Factors of success in community forest conservation.
This article explores how relevant predictions from two theories (Olson, 1965; Ostrom, 1990) that underpin, either implicitly or explicitly, the design and implementation of Community Based Conservation (CBC) efforts were, in practice.
Abstract: Drawing on structured interviews of 29 conservation practitioners with first‐hand experience working with successful community forest conservation projects in eight countries around the world, this article explores how context influences the importance of Mancur Olson's five requisites for collective action, and Elinor Ostrom's eight design principles for effective common‐pool resource management. Results suggest that Olson was correct that social cohesion is a common attribute of successful community forest management efforts. But the survey also suggests that it is shared identity that is most the important contributor to cohesion and that this can occur largely absent of regular, positive face‐to‐face interactions as Olson suggests. Interviews also show that all eight of Ostrom's design principles are manifest by successful community forest conservation efforts. Although recognition of a community rights to self‐determination was reported to be essential, it was also considered insufficient without the timely and competent support of national authorities to help communities effectively exercise their rights when faced with threats from more economically and politically powerful external actors.
Mar 28, 2021
View from the Termite Mound
Press conference by Ngorongoro youths in Dar es Salaam
After the press conference in Arusha on 21st January, held by ward councillors and customary leaders from Ngorongoro Conservation Area (NCA), Ngorongoro youths in Dar es Salaam – all of them university students except one who’s a lawyer - followed up with their own press conference on 8th February.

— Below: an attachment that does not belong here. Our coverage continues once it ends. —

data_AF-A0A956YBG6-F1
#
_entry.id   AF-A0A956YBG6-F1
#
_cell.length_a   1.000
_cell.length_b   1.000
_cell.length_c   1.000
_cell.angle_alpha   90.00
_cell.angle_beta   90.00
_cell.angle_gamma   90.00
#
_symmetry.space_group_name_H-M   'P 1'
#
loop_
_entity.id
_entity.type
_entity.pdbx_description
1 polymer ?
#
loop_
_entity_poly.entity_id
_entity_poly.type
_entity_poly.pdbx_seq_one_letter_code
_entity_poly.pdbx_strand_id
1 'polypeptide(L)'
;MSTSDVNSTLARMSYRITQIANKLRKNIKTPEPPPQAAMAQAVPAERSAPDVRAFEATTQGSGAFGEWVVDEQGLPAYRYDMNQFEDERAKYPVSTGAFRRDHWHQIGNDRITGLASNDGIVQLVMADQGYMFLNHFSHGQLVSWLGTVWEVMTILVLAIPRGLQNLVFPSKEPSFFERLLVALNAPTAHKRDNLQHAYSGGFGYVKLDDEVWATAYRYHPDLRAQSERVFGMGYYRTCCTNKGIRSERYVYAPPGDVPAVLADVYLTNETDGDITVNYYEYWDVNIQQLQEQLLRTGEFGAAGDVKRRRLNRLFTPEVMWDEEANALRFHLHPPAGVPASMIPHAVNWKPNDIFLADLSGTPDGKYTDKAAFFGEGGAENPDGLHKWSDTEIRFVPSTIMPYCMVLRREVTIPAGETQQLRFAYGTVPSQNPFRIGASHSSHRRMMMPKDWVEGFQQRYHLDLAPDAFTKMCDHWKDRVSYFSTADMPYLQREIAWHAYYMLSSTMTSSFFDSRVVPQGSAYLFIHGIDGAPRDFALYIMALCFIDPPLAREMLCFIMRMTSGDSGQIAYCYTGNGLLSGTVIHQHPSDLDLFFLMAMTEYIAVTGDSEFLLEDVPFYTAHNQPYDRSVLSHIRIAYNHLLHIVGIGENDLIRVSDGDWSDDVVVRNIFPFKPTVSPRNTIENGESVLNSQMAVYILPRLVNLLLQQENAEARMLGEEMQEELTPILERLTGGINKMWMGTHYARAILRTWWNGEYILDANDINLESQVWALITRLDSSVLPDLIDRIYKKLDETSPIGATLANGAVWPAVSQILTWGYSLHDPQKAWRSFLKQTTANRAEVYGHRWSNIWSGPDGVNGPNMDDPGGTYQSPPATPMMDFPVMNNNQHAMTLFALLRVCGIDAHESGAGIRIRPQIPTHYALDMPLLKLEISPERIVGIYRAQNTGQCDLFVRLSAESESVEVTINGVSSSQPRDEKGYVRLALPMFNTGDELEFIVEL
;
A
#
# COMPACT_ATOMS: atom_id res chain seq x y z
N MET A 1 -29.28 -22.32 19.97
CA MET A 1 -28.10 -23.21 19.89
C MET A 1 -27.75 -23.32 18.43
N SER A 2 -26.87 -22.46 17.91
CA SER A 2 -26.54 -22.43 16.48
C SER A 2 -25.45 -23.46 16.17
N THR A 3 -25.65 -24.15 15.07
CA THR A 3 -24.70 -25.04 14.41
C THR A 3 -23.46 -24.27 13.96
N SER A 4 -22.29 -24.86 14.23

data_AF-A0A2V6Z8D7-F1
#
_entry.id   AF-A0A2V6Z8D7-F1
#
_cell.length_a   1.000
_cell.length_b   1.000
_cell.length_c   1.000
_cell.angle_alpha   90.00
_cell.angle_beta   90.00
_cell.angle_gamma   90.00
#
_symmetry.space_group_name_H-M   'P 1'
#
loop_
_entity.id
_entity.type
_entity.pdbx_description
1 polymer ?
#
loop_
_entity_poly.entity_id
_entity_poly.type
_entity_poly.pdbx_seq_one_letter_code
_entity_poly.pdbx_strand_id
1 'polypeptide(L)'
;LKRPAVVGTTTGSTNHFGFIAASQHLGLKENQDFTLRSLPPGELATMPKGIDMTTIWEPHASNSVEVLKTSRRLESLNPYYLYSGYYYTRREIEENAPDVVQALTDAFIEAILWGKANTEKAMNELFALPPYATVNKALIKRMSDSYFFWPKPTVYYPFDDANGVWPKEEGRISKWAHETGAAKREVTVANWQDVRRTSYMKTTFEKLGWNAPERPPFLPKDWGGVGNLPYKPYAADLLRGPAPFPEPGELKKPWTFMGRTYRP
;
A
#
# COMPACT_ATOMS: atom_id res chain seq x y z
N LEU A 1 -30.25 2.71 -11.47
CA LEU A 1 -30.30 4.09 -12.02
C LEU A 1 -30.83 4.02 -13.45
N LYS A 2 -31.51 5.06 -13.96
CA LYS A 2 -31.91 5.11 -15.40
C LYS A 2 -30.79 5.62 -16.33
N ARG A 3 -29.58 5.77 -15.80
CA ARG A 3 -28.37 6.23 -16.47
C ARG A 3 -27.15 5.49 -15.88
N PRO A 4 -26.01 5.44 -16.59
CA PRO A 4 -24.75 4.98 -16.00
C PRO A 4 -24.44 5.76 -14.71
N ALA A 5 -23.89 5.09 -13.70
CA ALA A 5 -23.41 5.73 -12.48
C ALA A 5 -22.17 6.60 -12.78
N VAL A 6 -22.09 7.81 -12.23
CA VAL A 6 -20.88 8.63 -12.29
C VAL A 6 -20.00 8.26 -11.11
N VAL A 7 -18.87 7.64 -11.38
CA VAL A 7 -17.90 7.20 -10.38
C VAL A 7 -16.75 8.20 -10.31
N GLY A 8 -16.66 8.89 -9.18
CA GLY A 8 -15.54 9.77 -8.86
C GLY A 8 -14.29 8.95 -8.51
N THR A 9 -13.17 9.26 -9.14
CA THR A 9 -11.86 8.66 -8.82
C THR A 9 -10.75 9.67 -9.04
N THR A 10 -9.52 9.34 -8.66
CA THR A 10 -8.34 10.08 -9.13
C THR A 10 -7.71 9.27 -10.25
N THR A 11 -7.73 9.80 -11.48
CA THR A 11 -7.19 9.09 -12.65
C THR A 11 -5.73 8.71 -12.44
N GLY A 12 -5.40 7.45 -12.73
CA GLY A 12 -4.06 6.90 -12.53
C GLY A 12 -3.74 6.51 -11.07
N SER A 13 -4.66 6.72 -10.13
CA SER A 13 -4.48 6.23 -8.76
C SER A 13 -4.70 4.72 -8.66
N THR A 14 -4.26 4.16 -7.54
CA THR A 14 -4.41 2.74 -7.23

Feb 19, 2021
Evicted Apaa residents return to disputed land
Apaa residents who fleed their homes following a clash over the contested land, have returned to their ruined villages of Lulai, Gaji, Acholi ber and Pundyanga.
The land that is claimed by the two district, is also claimed by Uganda Wildlife Authority (UWA) . The UWA says the disputed land is part of East Madi Wildlife Reserve.
Jan 02, 2021
WWF Admitted “Sorrow” Over Human Rights Abuses
A 160-page report, in response to a BuzzFeed News investigation, found long-standing failures at the celebrated wildlife charity.
One of the world’s largest charities knew for years that it was funding alleged human rights abusers but repeatedly failed to address the issue, a lengthy, long-delayed report revealed on Tuesday.
Nov 25, 2020
The traditions that could save a nation’s forests
Indigenous communities evicted from their ancestral forest lands in Kenya have plans to restore peace and biodiversity to their homelands.
In July this year, in the middle of Kenya’s rainy season, two indigenous communities living in western Kenya were evicted from their ancestral homes. The Ogiek people of the Mau Forest and the Sengwer people of the Embobut Forest were forced to leave by government forest guards, leaving hundreds of people displaced and their houses burnt to the ground. It was the middle of the rainy season, and families including young children were exposed to the unforgiving weather.
Nov 04, 2020
US government stops funding to WWF, WCS and other conservation organisations because of human rights abuses
In autumn 2019, the US government suspended US$12.3 million of funding to the Central Africa Regional Program for the Environment (CARPE). This followed a bipartisan congressional oversight investigation to examine whether US conservation funds were supporting eco-guards who committed human rights abuses.
Oct 14, 2020
This is my message to the western world - Your civilisation is killing life on Earth.
We Indigenous people are fighting to save the Amazon, but the whole planet is in trouble because you do not respect it.
Oct 12, 2020
Wildlife conservation undermines the rights of indigenous people and local communities in India
A new EJAtlas map launched by the Institut de Ciència i Tecnologia Ambientals ICTA-UAB denounces that the current model puts growth and gains before human lives and the nature it is intended to protect.
An interactive map undertaken by the Environmental Justice Atlas team at the Institute of Environmental Science and Technology of the Universitat Autònoma de Barcelona (ICTA-UAB) reveals that certain forms of ‘wildlife conservation’ undermine the rights of indigenous people and local communities living within protected areas across India.
Oct 09, 2020